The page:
The manure will slowly decompose over the remainder of the winter, releasing its healthy nutrients such as potassium, calcium, and phosphorous. While the manure is decomposing, it will simultaneously be improving the structure of your soil, which is very important for crop maintenance. The soil will become richer and full of life by the time spring rolls around, keeping those mutant strawberries at bay.
Arguably, horse manure is very similar to cow manure, and often the two are used together. They both contain similar amounts of the same nutrients, as well as other organic compounds and moisture. This means horse manure will be just as effective as cow manure in improving the structure of your soil and donating its benefits to your plant life. When using horse manure, it is very important to allow the manure to compost before you spread it through your garden. If horses are being fed weeds, they are probably passing the seeds, which are bad news for your spring gardening plans— unless, of course you’re unconventionally fond of weeding. If you’re not sure whether or not the horse was well fed, that is yet another reason to allow the manure to compost before you mix it into the soil.
Poultry manure differs from horse and cow manure, mainly because of those valuable little nitrates we encountered earlier. Poultry manure has a much higher level of nitrogen. This makes it very important to allow this fertilizer a significant amount of time to decompose into the soil so you don’t burn away those promising little sprouts. With high moisture content and much higher levels of nutrients than cow and horse manure, poultry manure can easily become your best friend in the garden. As long as you allow your poultry manure time to decompose before mixing it into your soil, you can’t go wrong with this animal’s excrement.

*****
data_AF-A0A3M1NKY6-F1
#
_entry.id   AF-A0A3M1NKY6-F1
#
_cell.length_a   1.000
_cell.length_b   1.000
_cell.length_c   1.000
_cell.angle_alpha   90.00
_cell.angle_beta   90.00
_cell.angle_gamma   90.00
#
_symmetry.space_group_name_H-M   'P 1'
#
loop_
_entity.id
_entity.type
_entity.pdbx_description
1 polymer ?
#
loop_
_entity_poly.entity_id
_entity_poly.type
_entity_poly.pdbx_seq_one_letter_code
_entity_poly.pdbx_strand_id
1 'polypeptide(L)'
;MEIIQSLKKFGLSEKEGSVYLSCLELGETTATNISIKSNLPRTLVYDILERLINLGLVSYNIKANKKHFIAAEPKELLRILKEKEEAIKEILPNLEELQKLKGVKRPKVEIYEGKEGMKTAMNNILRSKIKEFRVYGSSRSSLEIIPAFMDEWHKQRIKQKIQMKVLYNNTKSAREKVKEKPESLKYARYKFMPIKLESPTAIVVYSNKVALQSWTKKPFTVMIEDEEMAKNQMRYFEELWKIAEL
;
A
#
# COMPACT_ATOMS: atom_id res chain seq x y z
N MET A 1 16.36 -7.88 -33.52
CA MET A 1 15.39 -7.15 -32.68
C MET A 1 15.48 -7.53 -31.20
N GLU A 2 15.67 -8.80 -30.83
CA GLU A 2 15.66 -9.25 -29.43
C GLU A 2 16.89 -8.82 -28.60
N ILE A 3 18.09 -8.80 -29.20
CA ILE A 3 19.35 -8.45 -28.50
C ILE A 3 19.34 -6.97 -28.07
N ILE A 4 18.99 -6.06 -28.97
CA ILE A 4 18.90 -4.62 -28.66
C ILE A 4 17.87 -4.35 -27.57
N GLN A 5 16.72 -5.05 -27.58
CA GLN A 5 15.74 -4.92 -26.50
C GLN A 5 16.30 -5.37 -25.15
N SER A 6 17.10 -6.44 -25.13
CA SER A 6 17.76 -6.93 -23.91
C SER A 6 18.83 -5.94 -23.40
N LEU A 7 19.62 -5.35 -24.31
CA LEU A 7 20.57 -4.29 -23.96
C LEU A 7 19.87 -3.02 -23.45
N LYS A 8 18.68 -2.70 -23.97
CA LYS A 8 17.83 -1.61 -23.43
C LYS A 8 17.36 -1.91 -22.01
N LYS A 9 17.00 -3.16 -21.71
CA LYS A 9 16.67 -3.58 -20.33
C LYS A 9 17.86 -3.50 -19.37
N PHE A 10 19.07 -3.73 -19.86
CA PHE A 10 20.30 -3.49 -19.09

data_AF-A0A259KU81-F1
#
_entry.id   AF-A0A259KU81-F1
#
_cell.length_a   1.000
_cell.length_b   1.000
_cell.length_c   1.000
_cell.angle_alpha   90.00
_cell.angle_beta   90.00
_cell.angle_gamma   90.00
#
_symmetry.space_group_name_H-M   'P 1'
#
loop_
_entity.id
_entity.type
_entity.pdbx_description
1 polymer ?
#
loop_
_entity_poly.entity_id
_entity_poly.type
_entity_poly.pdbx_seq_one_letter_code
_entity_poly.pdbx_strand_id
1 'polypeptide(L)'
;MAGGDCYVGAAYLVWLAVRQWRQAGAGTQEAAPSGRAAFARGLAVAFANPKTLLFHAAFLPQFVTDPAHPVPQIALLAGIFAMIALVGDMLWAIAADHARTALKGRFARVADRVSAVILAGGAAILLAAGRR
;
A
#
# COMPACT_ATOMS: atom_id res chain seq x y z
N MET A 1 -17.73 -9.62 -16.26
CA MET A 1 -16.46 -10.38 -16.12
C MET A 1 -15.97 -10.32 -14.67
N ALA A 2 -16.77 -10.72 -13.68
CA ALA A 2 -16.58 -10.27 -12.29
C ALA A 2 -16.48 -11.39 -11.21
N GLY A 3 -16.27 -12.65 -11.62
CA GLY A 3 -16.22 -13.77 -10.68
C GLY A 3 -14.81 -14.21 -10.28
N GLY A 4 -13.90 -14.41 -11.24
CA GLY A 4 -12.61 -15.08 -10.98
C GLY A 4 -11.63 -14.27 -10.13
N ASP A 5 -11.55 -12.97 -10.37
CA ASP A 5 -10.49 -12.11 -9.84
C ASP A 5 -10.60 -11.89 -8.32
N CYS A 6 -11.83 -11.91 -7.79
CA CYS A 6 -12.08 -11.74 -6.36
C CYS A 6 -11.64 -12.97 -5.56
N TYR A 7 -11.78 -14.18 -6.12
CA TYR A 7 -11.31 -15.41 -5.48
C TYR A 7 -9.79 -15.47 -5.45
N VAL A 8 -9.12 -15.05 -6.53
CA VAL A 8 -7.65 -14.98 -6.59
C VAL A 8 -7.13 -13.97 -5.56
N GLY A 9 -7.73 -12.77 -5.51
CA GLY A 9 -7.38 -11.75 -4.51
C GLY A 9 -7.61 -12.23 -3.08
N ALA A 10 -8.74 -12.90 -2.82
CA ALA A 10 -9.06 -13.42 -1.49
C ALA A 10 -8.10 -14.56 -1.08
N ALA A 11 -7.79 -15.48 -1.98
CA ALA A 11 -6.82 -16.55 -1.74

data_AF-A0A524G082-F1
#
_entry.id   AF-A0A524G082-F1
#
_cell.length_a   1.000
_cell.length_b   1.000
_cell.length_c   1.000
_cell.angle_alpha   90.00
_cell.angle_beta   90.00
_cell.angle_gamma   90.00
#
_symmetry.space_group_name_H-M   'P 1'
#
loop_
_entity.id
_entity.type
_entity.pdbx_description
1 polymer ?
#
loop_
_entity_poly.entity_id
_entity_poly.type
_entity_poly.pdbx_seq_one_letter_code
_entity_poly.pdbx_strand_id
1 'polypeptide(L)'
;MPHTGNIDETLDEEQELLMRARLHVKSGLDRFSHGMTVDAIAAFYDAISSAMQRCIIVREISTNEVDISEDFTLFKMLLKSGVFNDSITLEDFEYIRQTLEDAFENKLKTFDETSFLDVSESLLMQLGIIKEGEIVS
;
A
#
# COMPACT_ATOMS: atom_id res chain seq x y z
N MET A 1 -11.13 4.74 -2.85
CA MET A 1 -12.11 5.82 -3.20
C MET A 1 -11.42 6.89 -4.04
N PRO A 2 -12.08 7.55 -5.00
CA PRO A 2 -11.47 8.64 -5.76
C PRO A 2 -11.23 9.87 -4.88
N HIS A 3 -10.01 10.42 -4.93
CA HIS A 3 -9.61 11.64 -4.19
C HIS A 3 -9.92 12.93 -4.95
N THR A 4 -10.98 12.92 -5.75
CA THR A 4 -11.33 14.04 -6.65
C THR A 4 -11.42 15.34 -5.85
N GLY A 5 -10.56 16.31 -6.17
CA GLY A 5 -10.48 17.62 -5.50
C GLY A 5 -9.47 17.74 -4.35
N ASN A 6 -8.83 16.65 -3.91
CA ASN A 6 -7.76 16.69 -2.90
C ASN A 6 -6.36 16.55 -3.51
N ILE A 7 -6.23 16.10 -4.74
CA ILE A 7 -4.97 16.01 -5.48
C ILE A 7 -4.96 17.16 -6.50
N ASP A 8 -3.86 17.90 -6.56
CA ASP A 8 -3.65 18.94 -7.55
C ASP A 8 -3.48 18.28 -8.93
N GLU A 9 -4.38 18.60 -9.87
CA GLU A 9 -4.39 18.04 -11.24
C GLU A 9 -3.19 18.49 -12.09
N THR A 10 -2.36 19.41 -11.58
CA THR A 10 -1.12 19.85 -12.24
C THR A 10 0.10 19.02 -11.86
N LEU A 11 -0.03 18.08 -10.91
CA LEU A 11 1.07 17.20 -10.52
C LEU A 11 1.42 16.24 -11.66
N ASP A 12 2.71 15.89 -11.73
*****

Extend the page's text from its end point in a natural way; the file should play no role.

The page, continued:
So, next time you’re held up in the gardening section of your local home improvement store, think to yourself keep it simple. Instead of fretting over which form of fertilizer to buy, take a drive to a local barn or feed store instead. If you’re truly ambitious, there are probably plenty of farmers in the area who would be happy to have you take stinky livestock waste off their hands. A farmer’s trash is a gardener’s treasure. While commercial fertilizers may have a lot to offer to your garden, manure is the simple, organic go-to for both your vegetable plants and your soil. The best advice for gardeners is to spoil your garden with nutrients. Combine these three forms of manure this fall as your garden begins to wean down and prepare for a healthy harvest next spring and summer. Your veggies will be grateful that you’ve given them the opportunity to chow down on some good old-fashioned manure. By mid-to-late summer your garden will be bursting with gratitude, your soil structure will have vastly improved, and your bragging rights will be well validated.